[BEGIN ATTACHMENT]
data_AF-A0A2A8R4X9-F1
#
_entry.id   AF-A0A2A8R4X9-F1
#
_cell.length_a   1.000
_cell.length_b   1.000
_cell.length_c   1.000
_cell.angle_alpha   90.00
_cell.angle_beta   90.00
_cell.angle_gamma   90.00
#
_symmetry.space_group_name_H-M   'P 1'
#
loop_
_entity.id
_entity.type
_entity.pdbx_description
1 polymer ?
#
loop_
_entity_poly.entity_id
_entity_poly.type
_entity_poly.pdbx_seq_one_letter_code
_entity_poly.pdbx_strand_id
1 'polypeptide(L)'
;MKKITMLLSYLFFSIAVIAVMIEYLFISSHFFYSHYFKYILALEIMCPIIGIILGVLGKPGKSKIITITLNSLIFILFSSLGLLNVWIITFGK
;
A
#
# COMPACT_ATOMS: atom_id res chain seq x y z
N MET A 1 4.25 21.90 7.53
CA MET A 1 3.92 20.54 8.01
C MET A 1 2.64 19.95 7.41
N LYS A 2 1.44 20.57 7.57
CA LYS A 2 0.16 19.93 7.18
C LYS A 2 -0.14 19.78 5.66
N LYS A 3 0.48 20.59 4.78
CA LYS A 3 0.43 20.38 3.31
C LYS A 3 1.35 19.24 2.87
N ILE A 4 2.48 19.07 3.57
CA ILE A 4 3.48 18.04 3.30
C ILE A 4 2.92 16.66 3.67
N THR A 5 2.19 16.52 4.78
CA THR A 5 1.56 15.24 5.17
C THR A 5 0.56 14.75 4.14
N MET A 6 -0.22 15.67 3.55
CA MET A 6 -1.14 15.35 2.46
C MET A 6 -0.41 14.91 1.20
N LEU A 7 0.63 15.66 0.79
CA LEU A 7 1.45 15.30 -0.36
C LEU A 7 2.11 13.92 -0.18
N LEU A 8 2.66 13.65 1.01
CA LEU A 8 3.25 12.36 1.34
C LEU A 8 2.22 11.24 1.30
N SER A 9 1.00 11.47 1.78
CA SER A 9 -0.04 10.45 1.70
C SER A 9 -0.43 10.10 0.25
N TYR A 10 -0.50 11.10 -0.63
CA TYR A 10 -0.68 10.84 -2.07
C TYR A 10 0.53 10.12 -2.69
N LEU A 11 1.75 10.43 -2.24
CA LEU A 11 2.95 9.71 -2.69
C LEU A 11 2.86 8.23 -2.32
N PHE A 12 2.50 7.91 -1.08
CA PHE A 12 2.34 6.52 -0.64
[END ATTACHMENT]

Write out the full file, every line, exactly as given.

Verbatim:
data_AF-A0A2A8R4X9-F1
#
_entry.id   AF-A0A2A8R4X9-F1
#
_cell.length_a   1.000
_cell.length_b   1.000
_cell.length_c   1.000
_cell.angle_alpha   90.00
_cell.angle_beta   90.00
_cell.angle_gamma   90.00
#
_symmetry.space_group_name_H-M   'P 1'
#
loop_
_entity.id
_entity.type
_entity.pdbx_description
1 polymer ?
#
loop_
_entity_poly.entity_id
_entity_poly.type
_entity_poly.pdbx_seq_one_letter_code
_entity_poly.pdbx_strand_id
1 'polypeptide(L)'
;MKKITMLLSYLFFSIAVIAVMIEYLFISSHFFYSHYFKYILALEIMCPIIGIILGVLGKPGKSKIITITLNSLIFILFSSLGLLNVWIITFGK
;
A
#
# COMPACT_ATOMS: atom_id res chain seq x y z
N MET A 1 4.25 21.90 7.53
CA MET A 1 3.92 20.54 8.01
C MET A 1 2.64 19.95 7.41
N LYS A 2 1.44 20.57 7.57
CA LYS A 2 0.16 19.93 7.18
C LYS A 2 -0.14 19.78 5.66
N LYS A 3 0.48 20.59 4.78
CA LYS A 3 0.43 20.38 3.31
C LYS A 3 1.35 19.24 2.87
N ILE A 4 2.48 19.07 3.57
CA ILE A 4 3.48 18.04 3.30
C ILE A 4 2.92 16.66 3.67
N THR A 5 2.19 16.52 4.78
CA THR A 5 1.56 15.24 5.17
C THR A 5 0.56 14.75 4.14
N MET A 6 -0.22 15.67 3.55
CA MET A 6 -1.14 15.35 2.46
C MET A 6 -0.41 14.91 1.20
N LEU A 7 0.63 15.66 0.79
CA LEU A 7 1.45 15.30 -0.36
C LEU A 7 2.11 13.92 -0.18
N LEU A 8 2.66 13.65 1.01
CA LEU A 8 3.25 12.36 1.34
C LEU A 8 2.22 11.24 1.30
N SER A 9 1.00 11.47 1.78
CA SER A 9 -0.04 10.45 1.70
C SER A 9 -0.43 10.10 0.25
N TYR A 10 -0.50 11.10 -0.63
CA TYR A 10 -0.68 10.84 -2.07
C TYR A 10 0.53 10.12 -2.69
N LEU A 11 1.75 10.43 -2.24
CA LEU A 11 2.95 9.71 -2.69
C LEU A 11 2.86 8.23 -2.32
N PHE A 12 2.50 7.91 -1.08
CA PHE A 12 2.34 6.52 -0.64